Juliette Hughes, matron at Southmead Hopsital’s emergency department, even wrote Kolo a satirical performance review.
She said: ‘Kolo has become a very popular member of our team and is a great asset.
‘I promise we will care for him when he pops to see us and encourage him to come back to you also.
‘Although Kolo has a lovely temperament he is inclined to be a bit lazy and takes far too many breaks.
‘He has a performance plan which we are supporting him with. His attendance is also bit erratic which isn’t in keeping with the ethos of our team.
‘He does however bring great happiness and we all love him so we will cut him some slack! Keep us smiling Kolo.’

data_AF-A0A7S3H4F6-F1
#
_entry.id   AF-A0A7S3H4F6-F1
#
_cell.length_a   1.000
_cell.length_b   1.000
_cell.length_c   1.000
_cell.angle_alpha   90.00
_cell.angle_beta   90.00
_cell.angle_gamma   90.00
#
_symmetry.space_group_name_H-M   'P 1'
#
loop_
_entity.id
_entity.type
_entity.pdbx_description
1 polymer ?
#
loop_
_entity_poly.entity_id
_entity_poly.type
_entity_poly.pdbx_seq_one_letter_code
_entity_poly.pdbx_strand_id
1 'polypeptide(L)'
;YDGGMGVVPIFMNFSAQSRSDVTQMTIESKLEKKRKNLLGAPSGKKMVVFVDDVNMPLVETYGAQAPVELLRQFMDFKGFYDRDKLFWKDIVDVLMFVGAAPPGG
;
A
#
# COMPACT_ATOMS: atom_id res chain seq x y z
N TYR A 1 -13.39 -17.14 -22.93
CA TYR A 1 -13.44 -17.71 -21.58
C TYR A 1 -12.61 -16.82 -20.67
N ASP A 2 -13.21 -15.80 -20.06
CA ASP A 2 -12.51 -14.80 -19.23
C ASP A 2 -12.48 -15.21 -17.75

Ms Gillies: ‘People are always really happy to see him.
‘He won’t come and harass you, but he’s happy for you to stroke him and I think it’s really comforting and has a calming effect.
‘People make such a fuss of him and he’s not stupid – he knows he is going to get looked after there.
‘He goes behind the reception desk and on the chairs and they all just love him.’
But Ms Gillies also wants people to be aware that Kolo is not a stray and does have a home, where he is an extremely well-loved and well-fed pet.
She said: ‘Many people often think he is lost and take him to veterinary surgeries to be checked.
‘We set up his page to make people aware that he does have a loving home and isn’t a stray.
‘I have two kids who adore him so it’s really important to make people aware he does have a loving family.
‘People might think he does not have a home and think they are doing him a favour, but the truth is he just lives around the corner.’